I don't know where I found the GO network. It was probably from using it's free email application. I noticed Go.com's free Homepage capability. I checked out what was needed to post a web page on line and soon had Melissa's first real web site "Go"ing (sorry about that!). After a couple of weeks I had a half-dozen web pages on-line with a lot of pictures of her jewelry. And so it happened that by the middle of the year 2000 I was full bore into developing a simple but functional web site. And things spring boarded from there.

Since I was having so much fun with Melissa's site I thought I'd create one for me. The content would be sharing some of the more remarkable things that I considered to have transpired in my life. Like surviving adolescence and making it to the age of twenty-five. Graduating from college was another, from someone who barely passed high school! And there was "getting married" (a lot of stories can come from that topic!). And how could I forget singing in Carnegie Hall. Yes, I meant on stage, in a live performance! Another was moving to Savannah, Georgia from Ann Arbor, Michigan. So I started small again, and put a few stories on the net under the pseudonym Storypile and it grew bit by bit (again, no pun intended) from there. I also came across all of the old letters I received while I was in the US Army back in 1972 through 1974. I started re-reading them and was fascinated by the visualizations of events that transpired over twenty-five years ago. I thought, these would be great on the web. So I typed them up and posted them. They reveal a lot about my mom and dad and brothers and sisters and those early years of 1970. Some may think they might reveal a little too much but I am quite proud of them for writing to me some really amazing, sometimes profound, sometimes heart wrenching, letters. There is quite a sense of sharing of the soul through the reading of them.

After a year or so GO dot com up and died. After the turn of 2001 and the creeping hand of death that claimed many internet companies, GO gave some warning that they would soon be discontinuing their free Homepage presence. It just wasn't a viable economic entity for Disney which had acquired them from Infoseek a year or so ago. This left thousands of people in the lurch; what were they to do with their web sites? Since I had mine on my own computer, and only uploaded complete files to them I could easily take my site elsewhere. The vast majority used the on line editor and the only copy of their files existed on Go's servers. But where would I take my pages? It was time I thought about getting my own domain name. My own "dot com." I had given Melissa her own domain name for a year 2000 Valentine's Day gift as a kind of fun gag; I really didn't think I would be able to do anything with it. I did, however, want to claim the "company" name she was calling her jewelry creations: Piece of the Sky Designs. So I found a very inexpensive domain registrar and bought this two year dot-com. Since it was so cheap ($12 a year) and by March, 2000, the time GO promised to die, I was going to be needing a place to put her web site and mine I thought I might as well get a domain for myself and find someplace to host them. That story is told in a little more depth at Put Your name on the Web so I wouldn't want to be redundant here. But the action put the finishing touches on my web development.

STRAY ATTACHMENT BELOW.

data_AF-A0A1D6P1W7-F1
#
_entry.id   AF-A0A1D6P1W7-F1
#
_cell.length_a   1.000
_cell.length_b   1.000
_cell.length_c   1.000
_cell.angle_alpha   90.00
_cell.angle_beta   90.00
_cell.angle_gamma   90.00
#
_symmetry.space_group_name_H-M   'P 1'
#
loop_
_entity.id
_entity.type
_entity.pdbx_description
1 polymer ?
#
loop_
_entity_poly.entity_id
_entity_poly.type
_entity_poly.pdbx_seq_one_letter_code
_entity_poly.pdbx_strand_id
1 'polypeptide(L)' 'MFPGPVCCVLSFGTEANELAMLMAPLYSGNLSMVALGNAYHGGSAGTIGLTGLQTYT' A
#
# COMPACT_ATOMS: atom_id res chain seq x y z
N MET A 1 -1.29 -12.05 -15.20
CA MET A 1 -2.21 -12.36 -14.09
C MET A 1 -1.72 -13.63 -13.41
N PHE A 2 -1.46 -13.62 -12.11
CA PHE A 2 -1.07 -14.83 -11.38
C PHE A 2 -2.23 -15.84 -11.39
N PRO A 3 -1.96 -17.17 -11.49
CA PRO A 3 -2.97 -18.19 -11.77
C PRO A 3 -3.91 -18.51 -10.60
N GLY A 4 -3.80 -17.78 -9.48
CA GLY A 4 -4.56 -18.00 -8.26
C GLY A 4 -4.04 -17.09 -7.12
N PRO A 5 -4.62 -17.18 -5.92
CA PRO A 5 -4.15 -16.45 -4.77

That's not to say I don't have plenty to learn. In fact I am still really barely scratching the surface of web page creation. I only use the elementary HTML hand coding along with Cascading Style Sheets. There are so many scripts (like Pearl and php) and other web languages available that I have little idea how to use. However the little I do know works just fine for my purposes. And that is to tell a simple story of the extraordinary in words and pictures.

And that about wraps up this story. I should give credit to the many people that have helped me along the way. Especially the individuals I met on GO.com's Homepages message board like Chloe Williams and Firefly. There were some fascinating people there from around the globe and most were very wiling to help answer questions or just chat. It was a highlight of the GO Homepage experience, and one of the saddest things about its demise, the breakup of that community. However, there is a remnant of GO's message board left at http://boards.go.com/cgi/tea/request.dll?LIST&room=homepagesfeedbac You can still go there [oops! 1/30/03 -- not any more!] and read the last few months worth of posts. It's a real tragic/comic tale of one companies demise and the trail of tears it left its customers. One of these customers, Firefly, started another message board at www.voy.com/13264/ to help other lost Homepages members find alternatives and keep some semblance of belonging, but even that is now long gone. And a whole slew of other message boards abound. The one on my web host WordlZone is pretty lively and is often a fun place to go to gab and to learn. [Update 3/2009 - not any more, Worldzone, as a host provider, has been dying for a while now, and I've moved away from this host to go elsewhere] It is this sharing of one's self that lies behind the whole web experience. You paste yourself on the web, made in an image of your own choosing, in order to share with the larger community. There is great value and fun in that. Just beware of the kooks!

last edited, May 27, 2010